Union flags at protest in Kiev earlier this week. Photo KVPU
Unions bear the brunt of violence in Ukraine
You will have seen the terrible pictures coming out of Ukraine: violent repression of popular protesters in the capital Kiev, the savage clearing of public places, a burning capital. Yesterday, the headquarters of our sister organisation, the Confederation of Free Trade Unions of Ukraine (KVPU), was torched, with 18 people reported to have been burnt to death. The union headquarters was used as a centre for opposition activity, and unions have blamed the government for the fire and the deaths (the government claims the opposition may have destroyed the building itself, to hide incriminating evidence!)
As well as providing a centre for the opposition demonstrators, the unions have been at the forefront of opposing the current government‘s policies, and its tilt towards alliance with the Russian Federation. They also condemned the restrictions on free speech announced last month, backed by the ITUC. Yesterday KVPU leader Mikhailo Volynets said before his headquarters was burned:
“The KVPU is deeply concerned with the critical situation which may further result in chaos and blood. Three months of protests against the current government have resulted in nothing but mass bloodshed and deaths. The government and the President don’t show any reaction and don’t take into notice the demands of the protesting people in entire Ukraine.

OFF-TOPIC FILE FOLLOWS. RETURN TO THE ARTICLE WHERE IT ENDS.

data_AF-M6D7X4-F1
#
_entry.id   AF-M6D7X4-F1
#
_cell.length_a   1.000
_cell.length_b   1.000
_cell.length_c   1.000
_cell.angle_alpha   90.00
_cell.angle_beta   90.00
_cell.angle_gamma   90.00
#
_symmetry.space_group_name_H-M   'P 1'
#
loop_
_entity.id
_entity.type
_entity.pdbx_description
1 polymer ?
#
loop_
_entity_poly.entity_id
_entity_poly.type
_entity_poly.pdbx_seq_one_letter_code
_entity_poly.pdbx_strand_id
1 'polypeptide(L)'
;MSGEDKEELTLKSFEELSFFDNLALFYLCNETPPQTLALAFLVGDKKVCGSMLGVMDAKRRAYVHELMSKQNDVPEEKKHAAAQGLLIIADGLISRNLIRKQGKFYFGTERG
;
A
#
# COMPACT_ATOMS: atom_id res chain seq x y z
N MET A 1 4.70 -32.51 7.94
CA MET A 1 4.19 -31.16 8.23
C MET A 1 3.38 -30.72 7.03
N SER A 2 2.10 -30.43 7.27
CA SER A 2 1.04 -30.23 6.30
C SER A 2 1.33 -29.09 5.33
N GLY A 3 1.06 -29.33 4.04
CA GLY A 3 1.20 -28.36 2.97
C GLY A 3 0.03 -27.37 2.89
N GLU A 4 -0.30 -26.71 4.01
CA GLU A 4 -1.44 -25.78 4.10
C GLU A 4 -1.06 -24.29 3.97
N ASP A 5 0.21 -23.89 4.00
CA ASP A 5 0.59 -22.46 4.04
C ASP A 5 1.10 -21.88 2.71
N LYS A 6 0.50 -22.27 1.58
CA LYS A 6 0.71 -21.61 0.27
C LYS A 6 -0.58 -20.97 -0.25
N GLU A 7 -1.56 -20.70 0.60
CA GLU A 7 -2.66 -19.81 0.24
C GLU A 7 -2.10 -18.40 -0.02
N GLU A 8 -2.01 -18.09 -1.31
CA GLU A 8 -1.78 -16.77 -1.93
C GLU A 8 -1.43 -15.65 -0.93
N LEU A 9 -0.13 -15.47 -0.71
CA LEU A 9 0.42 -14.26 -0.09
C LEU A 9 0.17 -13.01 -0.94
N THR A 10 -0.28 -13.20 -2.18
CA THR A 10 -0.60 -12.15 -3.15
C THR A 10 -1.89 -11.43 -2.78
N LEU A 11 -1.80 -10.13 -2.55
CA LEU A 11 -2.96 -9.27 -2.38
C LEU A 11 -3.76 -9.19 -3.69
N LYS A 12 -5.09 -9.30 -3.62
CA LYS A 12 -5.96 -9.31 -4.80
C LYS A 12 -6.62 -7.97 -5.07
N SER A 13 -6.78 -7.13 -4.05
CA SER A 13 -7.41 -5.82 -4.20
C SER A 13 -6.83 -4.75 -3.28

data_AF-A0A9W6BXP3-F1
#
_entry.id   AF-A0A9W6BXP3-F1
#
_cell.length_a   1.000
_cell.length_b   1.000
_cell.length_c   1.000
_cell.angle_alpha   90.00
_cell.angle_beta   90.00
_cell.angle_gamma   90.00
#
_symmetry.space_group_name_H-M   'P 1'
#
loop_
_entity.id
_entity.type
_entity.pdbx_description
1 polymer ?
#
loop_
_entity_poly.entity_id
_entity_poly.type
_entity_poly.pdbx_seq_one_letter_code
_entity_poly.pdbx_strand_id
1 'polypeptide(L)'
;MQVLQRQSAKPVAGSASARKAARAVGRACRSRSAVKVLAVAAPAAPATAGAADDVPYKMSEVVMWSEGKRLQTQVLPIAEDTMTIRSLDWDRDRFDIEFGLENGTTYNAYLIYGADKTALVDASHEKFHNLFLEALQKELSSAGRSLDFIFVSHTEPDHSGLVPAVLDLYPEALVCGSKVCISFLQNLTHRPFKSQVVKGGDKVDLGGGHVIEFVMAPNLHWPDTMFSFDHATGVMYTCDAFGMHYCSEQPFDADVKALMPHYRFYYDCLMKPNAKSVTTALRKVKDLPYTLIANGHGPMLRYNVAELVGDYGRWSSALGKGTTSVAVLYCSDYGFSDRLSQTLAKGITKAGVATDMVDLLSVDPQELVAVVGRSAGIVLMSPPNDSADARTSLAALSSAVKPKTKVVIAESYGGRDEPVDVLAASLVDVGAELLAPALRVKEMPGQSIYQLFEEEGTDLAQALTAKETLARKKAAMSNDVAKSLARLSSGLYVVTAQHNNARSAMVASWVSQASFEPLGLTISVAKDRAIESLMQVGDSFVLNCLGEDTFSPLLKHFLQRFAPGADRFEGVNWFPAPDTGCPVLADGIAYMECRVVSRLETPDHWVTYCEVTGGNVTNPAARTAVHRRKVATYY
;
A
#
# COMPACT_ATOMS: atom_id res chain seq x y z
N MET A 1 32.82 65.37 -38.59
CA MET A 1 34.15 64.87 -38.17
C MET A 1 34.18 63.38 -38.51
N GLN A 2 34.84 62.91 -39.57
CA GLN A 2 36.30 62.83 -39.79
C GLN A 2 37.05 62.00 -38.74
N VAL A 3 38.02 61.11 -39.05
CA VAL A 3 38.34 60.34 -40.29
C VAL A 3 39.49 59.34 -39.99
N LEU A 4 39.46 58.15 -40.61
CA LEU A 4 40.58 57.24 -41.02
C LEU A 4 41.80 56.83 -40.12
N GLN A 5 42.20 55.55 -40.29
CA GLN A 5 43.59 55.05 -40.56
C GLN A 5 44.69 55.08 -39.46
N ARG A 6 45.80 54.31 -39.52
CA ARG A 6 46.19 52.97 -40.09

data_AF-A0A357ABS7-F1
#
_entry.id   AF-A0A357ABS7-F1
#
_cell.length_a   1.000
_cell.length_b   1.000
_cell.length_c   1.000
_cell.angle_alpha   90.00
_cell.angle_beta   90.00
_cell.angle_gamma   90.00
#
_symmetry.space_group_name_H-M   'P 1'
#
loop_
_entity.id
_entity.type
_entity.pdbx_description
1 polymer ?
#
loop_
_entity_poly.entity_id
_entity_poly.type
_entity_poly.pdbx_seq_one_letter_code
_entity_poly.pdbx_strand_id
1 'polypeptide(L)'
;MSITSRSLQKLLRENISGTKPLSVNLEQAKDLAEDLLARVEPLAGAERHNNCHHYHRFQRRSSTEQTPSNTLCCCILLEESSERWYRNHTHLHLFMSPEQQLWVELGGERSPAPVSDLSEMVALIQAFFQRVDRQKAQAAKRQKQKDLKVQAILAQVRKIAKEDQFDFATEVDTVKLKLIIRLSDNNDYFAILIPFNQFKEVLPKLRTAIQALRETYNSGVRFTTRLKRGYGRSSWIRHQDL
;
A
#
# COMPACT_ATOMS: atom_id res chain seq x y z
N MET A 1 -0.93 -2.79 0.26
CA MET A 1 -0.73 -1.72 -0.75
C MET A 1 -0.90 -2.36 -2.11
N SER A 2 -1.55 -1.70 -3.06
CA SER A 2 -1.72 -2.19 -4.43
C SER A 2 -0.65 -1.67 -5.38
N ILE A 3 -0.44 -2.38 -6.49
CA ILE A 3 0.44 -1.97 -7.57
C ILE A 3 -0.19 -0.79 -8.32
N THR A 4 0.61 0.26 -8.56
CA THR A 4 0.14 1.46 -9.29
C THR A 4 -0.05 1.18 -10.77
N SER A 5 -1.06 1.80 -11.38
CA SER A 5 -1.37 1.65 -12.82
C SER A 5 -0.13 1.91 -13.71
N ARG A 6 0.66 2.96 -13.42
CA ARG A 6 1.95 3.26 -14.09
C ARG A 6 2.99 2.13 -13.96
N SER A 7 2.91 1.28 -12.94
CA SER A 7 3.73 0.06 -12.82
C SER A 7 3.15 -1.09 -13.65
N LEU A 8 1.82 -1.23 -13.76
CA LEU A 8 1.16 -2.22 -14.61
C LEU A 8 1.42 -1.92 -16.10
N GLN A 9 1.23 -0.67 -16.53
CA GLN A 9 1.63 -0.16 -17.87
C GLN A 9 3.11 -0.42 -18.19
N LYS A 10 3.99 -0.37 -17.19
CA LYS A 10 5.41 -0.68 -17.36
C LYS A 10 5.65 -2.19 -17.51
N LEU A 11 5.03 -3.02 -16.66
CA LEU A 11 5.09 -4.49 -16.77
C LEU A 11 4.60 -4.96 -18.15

“The KVPU condemns the evil actions of the government and special police forces and calls upon the international community to immediately impose sanctions for the high officials who are involved into the bloodshed as well as consider the possibility of providing humanitarian assistance to those who defend democracy and human rights values.”
It was the threat of just such smart sanctions that led to the latest offer of talks from the current Government.
a clear case of putting ideology ahead of people’s needs. In December, the European Trade Union Confederation expressed concern about both the violent repression of protest, and also the ‘failed austerity policies’ of the EU and IMF. IMF requirements included a wage freeze for public employees and large increases in home utility costs. Mikhailo Volynets said:
“We strongly believe that closer ties to the EU will benefit our members. Unfortunately, the IMF demanded economic reforms that would hurt average families in Ukraine, and undercut worker and human rights.”
We send our solidarity to our sister confederation, and our hopes for a peaceful solution.